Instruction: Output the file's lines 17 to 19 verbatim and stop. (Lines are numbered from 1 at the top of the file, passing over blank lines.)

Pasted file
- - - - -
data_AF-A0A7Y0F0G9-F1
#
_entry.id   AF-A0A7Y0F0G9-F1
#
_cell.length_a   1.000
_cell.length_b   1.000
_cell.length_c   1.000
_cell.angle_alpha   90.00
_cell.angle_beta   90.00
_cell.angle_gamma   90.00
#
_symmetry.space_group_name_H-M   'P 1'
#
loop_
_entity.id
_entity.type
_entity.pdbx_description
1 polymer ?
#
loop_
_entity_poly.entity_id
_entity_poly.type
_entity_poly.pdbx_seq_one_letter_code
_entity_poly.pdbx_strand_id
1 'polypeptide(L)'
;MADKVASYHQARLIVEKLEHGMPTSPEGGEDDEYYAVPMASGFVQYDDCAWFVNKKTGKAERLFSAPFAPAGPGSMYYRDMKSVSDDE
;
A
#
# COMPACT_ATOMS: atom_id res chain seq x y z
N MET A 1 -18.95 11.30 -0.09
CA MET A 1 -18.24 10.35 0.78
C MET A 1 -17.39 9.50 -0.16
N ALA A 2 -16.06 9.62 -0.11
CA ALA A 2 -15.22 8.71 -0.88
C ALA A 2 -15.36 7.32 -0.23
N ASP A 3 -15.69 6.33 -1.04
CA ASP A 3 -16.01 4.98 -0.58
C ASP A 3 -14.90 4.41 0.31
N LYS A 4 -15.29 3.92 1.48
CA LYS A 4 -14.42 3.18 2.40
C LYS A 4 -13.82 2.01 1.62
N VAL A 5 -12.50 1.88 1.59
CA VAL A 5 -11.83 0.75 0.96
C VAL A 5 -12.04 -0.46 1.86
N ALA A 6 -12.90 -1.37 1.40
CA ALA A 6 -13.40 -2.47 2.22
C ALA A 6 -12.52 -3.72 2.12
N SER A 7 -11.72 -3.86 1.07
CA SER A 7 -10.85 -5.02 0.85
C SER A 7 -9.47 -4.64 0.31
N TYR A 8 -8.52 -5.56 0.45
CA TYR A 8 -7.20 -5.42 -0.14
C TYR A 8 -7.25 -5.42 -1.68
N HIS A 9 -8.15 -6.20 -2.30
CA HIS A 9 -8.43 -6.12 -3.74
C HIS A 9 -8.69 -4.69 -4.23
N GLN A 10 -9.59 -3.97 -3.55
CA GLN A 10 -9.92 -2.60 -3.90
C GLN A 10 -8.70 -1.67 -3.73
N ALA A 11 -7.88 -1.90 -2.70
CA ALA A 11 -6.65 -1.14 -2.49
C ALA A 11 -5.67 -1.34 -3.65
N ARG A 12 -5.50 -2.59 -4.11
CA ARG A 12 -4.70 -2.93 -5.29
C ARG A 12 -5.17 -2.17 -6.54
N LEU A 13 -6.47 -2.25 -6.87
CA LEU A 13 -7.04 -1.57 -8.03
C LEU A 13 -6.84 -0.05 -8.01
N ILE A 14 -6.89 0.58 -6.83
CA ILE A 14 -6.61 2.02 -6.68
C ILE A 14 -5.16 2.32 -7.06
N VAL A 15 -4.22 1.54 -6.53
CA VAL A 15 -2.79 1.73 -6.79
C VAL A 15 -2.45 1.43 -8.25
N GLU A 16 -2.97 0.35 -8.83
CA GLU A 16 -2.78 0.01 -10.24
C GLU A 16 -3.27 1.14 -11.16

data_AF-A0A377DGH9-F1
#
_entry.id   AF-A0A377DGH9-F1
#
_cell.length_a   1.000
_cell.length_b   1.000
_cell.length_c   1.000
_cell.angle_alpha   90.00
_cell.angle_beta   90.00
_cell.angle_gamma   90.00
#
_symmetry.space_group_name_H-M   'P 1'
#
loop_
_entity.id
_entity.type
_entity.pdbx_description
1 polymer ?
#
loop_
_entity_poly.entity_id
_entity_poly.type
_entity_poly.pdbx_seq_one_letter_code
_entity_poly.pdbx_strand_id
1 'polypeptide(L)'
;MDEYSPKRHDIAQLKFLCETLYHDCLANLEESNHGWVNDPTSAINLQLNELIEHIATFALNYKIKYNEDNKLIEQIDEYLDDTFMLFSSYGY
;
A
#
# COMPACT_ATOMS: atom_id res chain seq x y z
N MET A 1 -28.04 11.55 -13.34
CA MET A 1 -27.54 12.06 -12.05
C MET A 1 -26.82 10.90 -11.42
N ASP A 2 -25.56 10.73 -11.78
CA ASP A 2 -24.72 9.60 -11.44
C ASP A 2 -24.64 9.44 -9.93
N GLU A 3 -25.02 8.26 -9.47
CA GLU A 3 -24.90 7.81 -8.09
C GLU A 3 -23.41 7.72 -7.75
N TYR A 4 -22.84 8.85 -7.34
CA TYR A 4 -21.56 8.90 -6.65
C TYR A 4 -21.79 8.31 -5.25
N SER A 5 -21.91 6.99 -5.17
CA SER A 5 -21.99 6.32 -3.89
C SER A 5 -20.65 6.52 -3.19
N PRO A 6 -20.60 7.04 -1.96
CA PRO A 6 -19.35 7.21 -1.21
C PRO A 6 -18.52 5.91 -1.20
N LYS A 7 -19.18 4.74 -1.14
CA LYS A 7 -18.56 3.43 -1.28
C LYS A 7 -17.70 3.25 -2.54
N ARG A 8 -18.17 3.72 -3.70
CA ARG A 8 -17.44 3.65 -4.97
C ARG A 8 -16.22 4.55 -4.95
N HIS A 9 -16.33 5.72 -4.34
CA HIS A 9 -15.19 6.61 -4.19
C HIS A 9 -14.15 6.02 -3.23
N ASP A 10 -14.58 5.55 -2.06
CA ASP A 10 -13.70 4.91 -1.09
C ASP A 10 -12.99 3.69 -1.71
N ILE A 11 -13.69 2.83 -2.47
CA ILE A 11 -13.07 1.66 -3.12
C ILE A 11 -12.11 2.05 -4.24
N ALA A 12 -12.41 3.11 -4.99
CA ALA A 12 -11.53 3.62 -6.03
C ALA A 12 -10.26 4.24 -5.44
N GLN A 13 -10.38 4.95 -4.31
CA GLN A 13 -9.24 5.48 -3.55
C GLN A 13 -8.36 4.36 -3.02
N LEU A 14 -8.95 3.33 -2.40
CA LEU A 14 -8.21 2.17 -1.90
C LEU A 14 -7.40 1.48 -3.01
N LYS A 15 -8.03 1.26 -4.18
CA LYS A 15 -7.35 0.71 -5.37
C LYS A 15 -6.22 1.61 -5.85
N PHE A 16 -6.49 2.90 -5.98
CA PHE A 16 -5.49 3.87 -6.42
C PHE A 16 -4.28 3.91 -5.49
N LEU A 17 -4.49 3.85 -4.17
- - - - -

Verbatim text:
_entity.pdbx_description
1 polymer ?
#